• Insurance and Payment. Clarify whether they accept insurance and discuss payment arrangements.
  • Access Between Appointments. Ask about the availability of support or guidance between scheduled appointments, such as email support.
  • Appointment Length: Understand the length of appointments to manage expectations.
  • Expected Level of Accountability. Discuss the level of accountability they expect from clients when implementing the recommended changes.
  • Privacy. Ensure you are comfortable with the privacy measures to safeguard your personal information.

List of questions to ask your gut health dietitian

Final Thoughts

Working with a gut health dietitian can be an extremely positive and rewarding experience. They offer personalized advice and guidance with practical tools to navigate the complexities of managing IBS symptoms.

 

By understanding their role, the appointment process, and the questions to ask, you can make informed decisions on your journey to improved gut health. Remember, it’s not just about finding any healthcare professional; it’s about finding the right partner who sees you as a whole person and is committed to enhancing your overall well-being.

 

Interested in learning more about what a gut health dietitian can offer? Click here to book a complimentary 15-minute discovery call with Keren to learn how she can help you improve your gut health.

15 Low FODMAP Breakfast Ideas for Better Digestion

15 Low FODMAP Breakfast Ideas for Better Digestion

If you’re living with irritable bowel syndrome (IBS), you may have heard of the low FODMAP diet. This evidence-based therapeutic diet is designed to help you get relief from common IBS symptoms like gas, bloating, constipation, and diarrhea.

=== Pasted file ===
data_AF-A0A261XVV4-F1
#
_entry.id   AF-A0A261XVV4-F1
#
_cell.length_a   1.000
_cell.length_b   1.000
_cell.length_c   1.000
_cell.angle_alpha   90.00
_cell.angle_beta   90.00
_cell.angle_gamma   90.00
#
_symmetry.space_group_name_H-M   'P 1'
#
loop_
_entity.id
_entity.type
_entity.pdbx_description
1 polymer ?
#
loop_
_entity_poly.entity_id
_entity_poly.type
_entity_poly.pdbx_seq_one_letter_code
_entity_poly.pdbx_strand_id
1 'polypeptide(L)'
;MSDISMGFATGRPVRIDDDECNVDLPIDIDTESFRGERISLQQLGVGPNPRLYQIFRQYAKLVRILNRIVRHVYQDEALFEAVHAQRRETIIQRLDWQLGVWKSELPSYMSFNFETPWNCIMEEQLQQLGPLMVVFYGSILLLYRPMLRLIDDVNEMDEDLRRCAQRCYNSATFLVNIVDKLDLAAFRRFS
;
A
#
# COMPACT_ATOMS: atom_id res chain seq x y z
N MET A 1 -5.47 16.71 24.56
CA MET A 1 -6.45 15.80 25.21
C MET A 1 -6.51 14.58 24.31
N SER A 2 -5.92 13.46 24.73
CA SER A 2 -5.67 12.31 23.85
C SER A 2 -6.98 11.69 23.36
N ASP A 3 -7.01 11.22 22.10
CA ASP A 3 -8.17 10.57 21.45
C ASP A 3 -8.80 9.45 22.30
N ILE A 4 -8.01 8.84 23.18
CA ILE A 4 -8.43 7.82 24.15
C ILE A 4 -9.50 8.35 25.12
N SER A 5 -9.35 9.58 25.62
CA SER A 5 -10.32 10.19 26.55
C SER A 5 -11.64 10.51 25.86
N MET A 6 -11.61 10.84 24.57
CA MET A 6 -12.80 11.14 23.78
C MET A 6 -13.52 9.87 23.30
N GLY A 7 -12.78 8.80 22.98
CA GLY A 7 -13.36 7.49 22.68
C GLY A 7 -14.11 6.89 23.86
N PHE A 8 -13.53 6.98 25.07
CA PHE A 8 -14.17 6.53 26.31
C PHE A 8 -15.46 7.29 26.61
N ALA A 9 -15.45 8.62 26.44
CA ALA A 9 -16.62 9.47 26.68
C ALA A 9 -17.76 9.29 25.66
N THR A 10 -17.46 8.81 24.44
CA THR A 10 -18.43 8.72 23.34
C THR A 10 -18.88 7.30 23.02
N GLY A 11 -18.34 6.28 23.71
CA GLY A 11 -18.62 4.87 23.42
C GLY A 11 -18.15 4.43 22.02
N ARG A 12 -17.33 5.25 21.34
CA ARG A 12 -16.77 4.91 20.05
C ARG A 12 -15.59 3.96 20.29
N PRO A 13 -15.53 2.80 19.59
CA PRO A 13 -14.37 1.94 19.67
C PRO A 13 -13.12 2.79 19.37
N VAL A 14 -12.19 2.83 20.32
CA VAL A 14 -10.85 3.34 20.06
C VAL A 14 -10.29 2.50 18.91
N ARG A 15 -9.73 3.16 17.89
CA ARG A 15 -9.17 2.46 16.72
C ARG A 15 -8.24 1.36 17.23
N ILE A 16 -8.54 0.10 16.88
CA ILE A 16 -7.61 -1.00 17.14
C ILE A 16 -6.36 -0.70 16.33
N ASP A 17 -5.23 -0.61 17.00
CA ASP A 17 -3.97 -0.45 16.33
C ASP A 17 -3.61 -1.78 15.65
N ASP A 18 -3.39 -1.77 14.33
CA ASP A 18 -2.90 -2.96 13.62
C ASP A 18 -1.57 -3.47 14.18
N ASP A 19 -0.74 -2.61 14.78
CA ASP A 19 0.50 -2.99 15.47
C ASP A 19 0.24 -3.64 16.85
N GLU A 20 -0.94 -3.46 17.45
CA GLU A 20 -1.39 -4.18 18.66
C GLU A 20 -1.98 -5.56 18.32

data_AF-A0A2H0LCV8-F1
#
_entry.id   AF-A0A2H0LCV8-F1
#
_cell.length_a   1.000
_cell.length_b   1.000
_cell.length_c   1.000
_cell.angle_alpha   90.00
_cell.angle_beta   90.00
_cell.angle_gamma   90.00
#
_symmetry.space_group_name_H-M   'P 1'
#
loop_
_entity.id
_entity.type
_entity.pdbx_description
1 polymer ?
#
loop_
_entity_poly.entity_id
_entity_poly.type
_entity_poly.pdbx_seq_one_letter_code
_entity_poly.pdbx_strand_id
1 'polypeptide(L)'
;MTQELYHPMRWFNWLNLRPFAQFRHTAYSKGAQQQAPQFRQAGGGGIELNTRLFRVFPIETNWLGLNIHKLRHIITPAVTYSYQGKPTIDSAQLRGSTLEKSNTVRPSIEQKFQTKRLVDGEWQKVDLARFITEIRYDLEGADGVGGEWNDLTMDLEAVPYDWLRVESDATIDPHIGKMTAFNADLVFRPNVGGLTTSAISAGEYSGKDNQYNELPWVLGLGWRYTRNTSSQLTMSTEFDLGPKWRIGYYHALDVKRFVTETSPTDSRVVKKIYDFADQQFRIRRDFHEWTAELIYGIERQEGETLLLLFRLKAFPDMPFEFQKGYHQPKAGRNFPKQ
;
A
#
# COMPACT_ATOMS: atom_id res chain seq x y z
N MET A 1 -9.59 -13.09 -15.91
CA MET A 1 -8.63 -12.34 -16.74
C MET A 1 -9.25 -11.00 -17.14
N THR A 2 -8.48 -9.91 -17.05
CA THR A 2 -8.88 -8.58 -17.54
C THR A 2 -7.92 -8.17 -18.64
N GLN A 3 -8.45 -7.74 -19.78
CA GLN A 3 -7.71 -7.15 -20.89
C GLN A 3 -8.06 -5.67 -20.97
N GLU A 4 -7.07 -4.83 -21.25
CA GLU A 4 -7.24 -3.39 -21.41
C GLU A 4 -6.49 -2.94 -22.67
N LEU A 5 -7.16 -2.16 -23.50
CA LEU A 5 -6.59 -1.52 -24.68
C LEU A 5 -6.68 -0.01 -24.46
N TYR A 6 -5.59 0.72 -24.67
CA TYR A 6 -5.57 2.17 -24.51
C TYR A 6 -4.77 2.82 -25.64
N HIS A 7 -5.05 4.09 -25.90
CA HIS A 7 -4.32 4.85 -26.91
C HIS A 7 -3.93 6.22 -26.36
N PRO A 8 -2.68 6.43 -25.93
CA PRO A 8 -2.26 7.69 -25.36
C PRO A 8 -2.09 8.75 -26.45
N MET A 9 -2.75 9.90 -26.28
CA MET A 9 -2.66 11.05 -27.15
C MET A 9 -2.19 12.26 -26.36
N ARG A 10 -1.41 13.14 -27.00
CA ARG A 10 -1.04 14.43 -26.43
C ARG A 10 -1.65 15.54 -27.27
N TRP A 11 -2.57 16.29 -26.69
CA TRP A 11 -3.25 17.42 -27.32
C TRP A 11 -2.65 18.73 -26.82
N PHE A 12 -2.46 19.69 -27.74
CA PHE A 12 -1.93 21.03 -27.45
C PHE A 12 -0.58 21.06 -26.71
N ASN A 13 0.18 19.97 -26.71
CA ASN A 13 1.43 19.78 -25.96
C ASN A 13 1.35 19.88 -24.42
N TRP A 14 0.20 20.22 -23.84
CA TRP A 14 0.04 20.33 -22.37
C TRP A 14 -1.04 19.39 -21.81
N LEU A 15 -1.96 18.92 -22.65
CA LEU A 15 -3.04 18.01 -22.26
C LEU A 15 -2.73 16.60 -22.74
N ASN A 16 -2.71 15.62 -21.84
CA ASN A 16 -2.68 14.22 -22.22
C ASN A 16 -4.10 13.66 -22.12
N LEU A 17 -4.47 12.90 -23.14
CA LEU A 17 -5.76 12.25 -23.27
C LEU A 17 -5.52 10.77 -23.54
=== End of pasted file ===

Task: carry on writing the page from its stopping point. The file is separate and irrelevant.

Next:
While beneficial, the low FODMAP diet isn’t without its challenges. There are many low FODMAP guides, from eating out low-FODMAP to following the Mediterranean diet while eating low FODMAP. But what about breakfast? This meal is often overlooked when planning low FODMAP meals.

 

Keep reading to learn the basics of the low FODMAP diet, plus 15 get easy low FODMAP breakfast ideas.

 

Understanding FODMAPs

If you’re new to the low FODMAP diet, you may wonder what “FODMAPs” means. FODMAPs is an acronym for Fermentable Oligosaccharides, Disaccharides, Monosaccharides and Polyols. That’s a fancy way of saying carbohydrates that are fermented and pull water into the gut. But why does this matter for people with IBS?

 

When FODMAPs get fermented by your gut bacteria, they produce gas. For people without IBS, this isn’t a big deal. But people with IBS have what’s called visceral hypersensitivity. This means that the nerves in your gut are a lot more sensitive. When gas is produced in the gut, it can trigger feelings of pain due to extra-sensitive nerves.

 

FODMAPs can also cause other bowel issues, like diarrhea. They do this because the undigested carbohydrates pull water into the bowel, making the stool more liquid.

 

That’s where the low FODMAP diet comes in. The low FODMAP diet consists of three distinct phases:

  • Elimination.
  • Reintroduction.
  • Maintenance.


During the elimination phase, which typically lasts two to six weeks, you eliminate all high FODMAP foods and replace them with low FODMAP alternatives. This helps many people get their symptoms under control.

 

Once your symptoms are under control, you move on to the reintroduction phase. This phase is a systematic approach to helping you determine your specific food triggers. One could argue that this is the most important phase of the low FODMAP diet because it’s all about making your diet the least restrictive possible while allowing for symptom management.

 

Once you’ve determined which types of FODMAPs trigger your symptoms, you move on to the maintenance phase. During this phase, you continue to avoid the high FODMAP foods that triggered your symptoms while including the high and moderate FODMAP foods that didn’t trigger your symptoms.